- Students are encouraged to bring articles, demos, web pages, news events, etc.
that are relevant to course topics to the attention of the instructor.
The success of the course depends on everyone in the class engaging the material
and bringing energy, enthusiasm, and intellect to class activities. �
- Regular attendance is highly recommended. If you miss a class, you are responsible for all material covered or assigned in class.
You should arrive on time and be prepared to discuss the session's topic.
The underlying notion of the class is interaction, not passivity.
The success of the course depends on everyone in the class engaging the material and bringing energy, enthusiasm, and intellect to class activities.
- Unless instructed otherwise, use of electronic devices including laptops are not allowed during lectures and exams.
- Extra credit will be offered to the undergraduate students who attend the departmental colloquia (an extra point for two colloquium attendance up to 3 points). You will be reminded in class about upcoming talks but you should also check the colloquia page on a regular basis (http://www.unr.edu/cse/calendar).
- Each student will prepare a research project on a complex network of their choice.
The expected outcome of the project is a research paper that can be published at a quality conference or workshop.
Requiring major effort from you, the project will help in learning the culture and practice of scientific research.
Your writing should be clear, engaging, technically sound, and written in an appropriate style for an academic publication.
Late submission during project stages will be penalized by 10% per day, except holidays.
Assignments will be accepted only through WebCampus.
- You would be required to prepare reports for each stage of the project.
The first project report will be an abstract submission of the project idea.
The second report will require each student to carry out a thorough review of the research related to his/her project and become the background and related work sections of the final paper.
The third report will cover the methodology of research project providing details of the approach/idea.
Final report will include complete paper with Introduction, Related Work, Methodology, and Evaluations sections.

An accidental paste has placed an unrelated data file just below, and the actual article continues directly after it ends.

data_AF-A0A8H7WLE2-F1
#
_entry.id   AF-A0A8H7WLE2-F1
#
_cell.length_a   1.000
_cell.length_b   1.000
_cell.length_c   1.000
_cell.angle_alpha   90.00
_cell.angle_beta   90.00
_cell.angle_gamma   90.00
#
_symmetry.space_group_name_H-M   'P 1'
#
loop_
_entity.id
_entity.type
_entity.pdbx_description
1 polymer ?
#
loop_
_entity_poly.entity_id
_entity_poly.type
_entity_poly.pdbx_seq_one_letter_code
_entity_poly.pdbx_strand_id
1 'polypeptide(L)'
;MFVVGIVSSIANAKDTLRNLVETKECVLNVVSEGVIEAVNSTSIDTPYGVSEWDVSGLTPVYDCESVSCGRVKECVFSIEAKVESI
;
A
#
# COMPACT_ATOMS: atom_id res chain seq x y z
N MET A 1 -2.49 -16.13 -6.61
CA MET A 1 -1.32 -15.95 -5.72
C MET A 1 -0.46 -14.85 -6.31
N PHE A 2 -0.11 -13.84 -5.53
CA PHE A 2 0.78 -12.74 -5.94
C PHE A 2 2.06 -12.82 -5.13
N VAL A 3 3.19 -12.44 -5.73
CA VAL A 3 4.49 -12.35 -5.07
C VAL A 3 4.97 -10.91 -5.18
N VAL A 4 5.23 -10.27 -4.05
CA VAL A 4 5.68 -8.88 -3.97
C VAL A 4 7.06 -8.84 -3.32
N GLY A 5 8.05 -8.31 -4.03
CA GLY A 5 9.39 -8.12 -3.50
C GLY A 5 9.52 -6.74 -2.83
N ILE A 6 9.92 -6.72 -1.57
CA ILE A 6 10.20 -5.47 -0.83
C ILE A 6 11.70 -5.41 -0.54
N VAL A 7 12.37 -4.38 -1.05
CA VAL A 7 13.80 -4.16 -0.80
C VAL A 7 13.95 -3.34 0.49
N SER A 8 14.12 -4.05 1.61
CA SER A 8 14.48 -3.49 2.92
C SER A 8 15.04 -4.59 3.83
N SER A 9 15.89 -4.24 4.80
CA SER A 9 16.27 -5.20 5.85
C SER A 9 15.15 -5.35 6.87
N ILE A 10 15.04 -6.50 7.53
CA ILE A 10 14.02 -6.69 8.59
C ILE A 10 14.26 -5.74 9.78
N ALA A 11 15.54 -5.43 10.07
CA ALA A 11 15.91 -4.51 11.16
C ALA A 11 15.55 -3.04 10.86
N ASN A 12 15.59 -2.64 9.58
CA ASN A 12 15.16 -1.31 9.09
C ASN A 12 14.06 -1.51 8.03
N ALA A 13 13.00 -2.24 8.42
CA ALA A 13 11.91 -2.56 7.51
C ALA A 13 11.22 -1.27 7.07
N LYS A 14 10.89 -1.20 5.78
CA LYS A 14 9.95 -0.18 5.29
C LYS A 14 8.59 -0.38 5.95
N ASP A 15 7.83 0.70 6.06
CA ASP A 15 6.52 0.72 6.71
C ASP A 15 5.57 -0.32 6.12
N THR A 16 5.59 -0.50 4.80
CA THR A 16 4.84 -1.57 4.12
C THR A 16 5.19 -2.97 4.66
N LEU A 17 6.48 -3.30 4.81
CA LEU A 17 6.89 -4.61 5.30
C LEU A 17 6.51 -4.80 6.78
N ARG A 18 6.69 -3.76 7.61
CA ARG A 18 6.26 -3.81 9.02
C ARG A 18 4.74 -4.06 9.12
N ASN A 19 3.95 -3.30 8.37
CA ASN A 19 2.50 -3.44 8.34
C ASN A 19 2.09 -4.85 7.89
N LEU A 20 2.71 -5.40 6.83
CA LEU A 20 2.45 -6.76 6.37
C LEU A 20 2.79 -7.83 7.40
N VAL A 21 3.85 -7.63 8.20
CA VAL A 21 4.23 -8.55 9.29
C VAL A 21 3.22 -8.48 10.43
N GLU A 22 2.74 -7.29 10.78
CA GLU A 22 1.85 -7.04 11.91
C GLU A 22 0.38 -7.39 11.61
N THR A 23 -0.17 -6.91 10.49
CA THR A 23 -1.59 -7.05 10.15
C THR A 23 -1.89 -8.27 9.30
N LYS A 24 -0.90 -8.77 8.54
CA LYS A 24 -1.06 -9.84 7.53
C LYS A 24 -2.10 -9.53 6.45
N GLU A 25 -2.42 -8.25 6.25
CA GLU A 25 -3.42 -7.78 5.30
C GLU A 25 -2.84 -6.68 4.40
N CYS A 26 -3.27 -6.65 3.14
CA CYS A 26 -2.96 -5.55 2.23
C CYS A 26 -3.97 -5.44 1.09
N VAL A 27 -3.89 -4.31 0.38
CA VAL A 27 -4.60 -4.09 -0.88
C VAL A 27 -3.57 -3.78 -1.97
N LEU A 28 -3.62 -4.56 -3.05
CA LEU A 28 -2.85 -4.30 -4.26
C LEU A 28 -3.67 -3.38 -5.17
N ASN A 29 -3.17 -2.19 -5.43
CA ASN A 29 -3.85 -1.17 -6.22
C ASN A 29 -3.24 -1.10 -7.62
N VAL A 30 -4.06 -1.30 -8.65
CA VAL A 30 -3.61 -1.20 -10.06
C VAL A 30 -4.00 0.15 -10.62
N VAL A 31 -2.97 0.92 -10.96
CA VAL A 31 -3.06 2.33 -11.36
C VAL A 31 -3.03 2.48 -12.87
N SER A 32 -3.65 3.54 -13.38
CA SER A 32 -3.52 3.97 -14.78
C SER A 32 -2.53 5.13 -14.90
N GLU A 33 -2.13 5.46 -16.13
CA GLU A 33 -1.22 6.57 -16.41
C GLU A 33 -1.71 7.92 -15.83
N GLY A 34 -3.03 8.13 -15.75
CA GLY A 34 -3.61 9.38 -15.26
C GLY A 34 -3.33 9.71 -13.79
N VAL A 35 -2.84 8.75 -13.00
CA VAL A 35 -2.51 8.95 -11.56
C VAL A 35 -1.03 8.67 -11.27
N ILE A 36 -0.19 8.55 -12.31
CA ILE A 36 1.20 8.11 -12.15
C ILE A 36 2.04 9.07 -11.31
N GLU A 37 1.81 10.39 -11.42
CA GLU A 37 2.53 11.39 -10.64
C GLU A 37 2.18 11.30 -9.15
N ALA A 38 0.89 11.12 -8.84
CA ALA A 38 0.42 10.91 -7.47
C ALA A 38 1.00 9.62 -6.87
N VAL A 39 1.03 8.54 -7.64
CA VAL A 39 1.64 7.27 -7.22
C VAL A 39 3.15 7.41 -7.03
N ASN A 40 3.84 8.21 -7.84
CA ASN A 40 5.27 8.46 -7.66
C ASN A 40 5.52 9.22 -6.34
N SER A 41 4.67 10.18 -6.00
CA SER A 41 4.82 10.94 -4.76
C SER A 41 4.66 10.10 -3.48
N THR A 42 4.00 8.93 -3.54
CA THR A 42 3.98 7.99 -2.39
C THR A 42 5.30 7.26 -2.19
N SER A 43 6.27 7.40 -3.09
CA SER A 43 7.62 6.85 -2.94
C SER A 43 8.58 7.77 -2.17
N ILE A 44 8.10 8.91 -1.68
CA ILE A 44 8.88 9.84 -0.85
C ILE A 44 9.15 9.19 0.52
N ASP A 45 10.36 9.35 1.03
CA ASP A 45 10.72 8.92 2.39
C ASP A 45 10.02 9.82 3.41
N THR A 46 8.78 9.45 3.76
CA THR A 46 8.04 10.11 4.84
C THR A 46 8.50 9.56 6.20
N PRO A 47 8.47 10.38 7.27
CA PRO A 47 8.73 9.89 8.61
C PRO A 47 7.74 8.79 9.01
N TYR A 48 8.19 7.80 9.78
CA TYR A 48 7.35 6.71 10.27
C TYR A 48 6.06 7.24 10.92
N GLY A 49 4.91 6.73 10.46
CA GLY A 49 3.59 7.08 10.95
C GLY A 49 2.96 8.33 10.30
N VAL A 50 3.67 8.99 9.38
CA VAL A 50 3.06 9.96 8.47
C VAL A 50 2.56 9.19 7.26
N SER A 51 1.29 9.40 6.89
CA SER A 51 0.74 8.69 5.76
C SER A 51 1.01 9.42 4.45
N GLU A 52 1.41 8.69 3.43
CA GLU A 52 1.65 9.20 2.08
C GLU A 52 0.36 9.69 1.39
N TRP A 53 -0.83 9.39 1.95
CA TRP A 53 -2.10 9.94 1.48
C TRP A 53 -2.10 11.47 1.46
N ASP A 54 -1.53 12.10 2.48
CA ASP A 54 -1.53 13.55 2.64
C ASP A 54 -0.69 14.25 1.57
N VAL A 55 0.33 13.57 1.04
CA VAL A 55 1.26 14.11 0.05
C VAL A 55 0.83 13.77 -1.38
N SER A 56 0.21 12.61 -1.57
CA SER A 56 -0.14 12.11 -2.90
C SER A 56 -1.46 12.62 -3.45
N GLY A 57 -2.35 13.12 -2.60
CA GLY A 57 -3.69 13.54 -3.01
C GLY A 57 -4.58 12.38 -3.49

- The course will require students to prepare a 25 min (Graduate: 35 min) and a 10 min (Graduate: 15 min) in class presentations.
You will be graded by your peers using the presentation evaluation form.
However, final grade will be decided by instructor.
In the first presentation, each student will present the background of his/her project.
The second presentation will cover the methodology of the research project.
The final presentation should present your findings and will be delivered on the final exam day.
There are several online resources, such as Research talk 101,
Presenting Your Research: Papers, Presentations, and People,
What Makes for a Good Research Presentation?,
Using PowerPoint to Design Effective Presentations, and
PowerPoint as a Powerful Tool.
- There will be seven lab assignments where you will have hands on experience on different social network analysis tasks.
Late submission will be penalized by 20% per day, except holidays.
- There will be ten in-class quizzes. The lowest graded one will not affect your overall grade. Exact date for some of these quizzes will not be exposed beforehand. These quizzes will be open book/notes and time-constrained, i.e., 10-15 mins. Questions in these quizzes will be designed to give you an opportunity to test and affirm your knowledge of the course content.
- There will be extra questions in assignments and quizzes for CS 691g students.
- Assignments and exams must be prepared strictly individually.
You are welcome to discuss the problems or solution strategies with your class mates but the resulting work should be your own.
Copying from each other or from other sources is considered as cheating.
- Academic Dishonesty:
Cheating, plagiarism or otherwise obtaining grades under false pretenses constitute academic dishonesty according to the code of this university. Academic dishonesty will not be tolerated and penalties can include canceling a student's enrollment without a grade, giving an F for the course or for the assignment. For more details, see the University of Nevada, Reno General Catalog.
- Academic Success Services:
Your student fees cover usage of the University Math Center (775) 784-4433, University Tutoring Center (775) 784-6801, and University University Writing Center (775) 784-6030. These centers support your classroom learning; it is your responsibility to take advantage of their services. Keep in mind that seeking help outside of class is the sign of a responsible and successful student.
- Disability Statement:
Any student with a disability needing academic adjustments or accommodations is requested to speak with the Disability Resource Center (Pennington Student Achievement Center, Suite 230) as soon as possible to arrange for appropriate accommodations.